The G2A marketplace is widely known as being the sketchiest way to buy your games. Recently, a G2A employee attempted to bribe indie developers to post an article written by G2A that discussed how great G2A was for the games market.
Following this most recent controversy, G2A has proposed a new key-blocking tool for developers.
Developers can enter specific game keys they don’t want sold on the site, such as keys given to review sites/keys given to influencers, and block them from sale on G2A.
Too bad for developers, they’ll have to do all of the work. G2A won’t be doing anything about the many underlying issues with their store. Instead, yet again, they’re pushing the work onto developers, the one’s being directly affected by the issues at hand.
Developer Mike Bethell wasn’t having anything to do with G2A’s attempt to save-face and he took to Twitter to voice his displeasure.
– I don’t work for you, it’s your job to protect the customers you sell unchecked keys to, not mine.— Mike Bithell (@mikeBithell) July 12, 2019
– I don’t endorse or work with grey markets, or folks that secretly pay for positive press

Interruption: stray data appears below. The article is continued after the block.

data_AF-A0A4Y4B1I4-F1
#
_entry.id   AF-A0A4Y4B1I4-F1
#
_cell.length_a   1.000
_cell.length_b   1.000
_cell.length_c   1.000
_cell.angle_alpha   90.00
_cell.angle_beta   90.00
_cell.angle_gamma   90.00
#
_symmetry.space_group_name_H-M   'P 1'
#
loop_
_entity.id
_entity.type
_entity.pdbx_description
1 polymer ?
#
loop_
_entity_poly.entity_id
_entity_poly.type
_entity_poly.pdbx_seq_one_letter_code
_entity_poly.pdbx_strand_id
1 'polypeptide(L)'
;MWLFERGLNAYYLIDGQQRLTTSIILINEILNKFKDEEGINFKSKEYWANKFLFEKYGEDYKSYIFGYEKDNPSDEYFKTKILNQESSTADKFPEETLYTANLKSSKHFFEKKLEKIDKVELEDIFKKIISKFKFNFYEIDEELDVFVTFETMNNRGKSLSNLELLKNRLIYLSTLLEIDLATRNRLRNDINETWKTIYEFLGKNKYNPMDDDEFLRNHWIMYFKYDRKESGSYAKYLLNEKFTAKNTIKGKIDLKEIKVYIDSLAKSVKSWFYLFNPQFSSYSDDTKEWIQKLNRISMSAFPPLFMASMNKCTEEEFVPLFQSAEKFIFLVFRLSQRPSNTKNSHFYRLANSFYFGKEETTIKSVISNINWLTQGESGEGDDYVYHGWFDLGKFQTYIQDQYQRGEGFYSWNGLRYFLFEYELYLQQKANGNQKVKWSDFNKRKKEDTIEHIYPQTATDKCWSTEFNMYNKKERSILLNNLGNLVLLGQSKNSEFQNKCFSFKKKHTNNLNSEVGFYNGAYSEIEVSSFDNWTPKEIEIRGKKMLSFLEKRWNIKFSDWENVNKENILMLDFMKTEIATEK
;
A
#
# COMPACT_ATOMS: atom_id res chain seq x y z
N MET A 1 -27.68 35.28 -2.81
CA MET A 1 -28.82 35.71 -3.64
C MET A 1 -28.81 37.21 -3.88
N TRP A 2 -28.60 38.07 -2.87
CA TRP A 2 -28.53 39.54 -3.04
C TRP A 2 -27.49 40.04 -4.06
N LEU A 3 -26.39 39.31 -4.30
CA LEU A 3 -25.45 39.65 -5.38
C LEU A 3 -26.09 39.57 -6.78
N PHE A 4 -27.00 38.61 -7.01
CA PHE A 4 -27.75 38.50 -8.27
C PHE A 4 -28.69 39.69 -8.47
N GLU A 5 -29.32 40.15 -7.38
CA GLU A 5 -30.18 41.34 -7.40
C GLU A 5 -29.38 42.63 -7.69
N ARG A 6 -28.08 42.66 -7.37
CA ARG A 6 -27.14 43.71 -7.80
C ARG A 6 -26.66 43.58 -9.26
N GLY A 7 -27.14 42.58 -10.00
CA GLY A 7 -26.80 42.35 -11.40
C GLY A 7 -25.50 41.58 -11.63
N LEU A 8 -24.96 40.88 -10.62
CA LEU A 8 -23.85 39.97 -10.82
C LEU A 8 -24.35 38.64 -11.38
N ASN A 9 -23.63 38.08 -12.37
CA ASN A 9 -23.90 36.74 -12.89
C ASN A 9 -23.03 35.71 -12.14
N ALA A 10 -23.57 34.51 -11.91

– bot farmed ‘gift’ exploitation is the issue, not keys, and you know this, obviously https://t.co/1qQzkOU3rY
Developer Mike Rose said that, “while the key-blocking initiative is a nice gesture, and if implemented may actually be very useful, it’s just yet another example of G2A publicly making some positive-sounding noise, to glaze over the fact that they’re not actually addressing the issue.”
It’s clear that G2A is not backing down from their store front any time soon, and it also appears that their unethical business practices and lack of real support for developers will also continue. Luckily though, developers aren’t keeping silent about G2A’s many issues.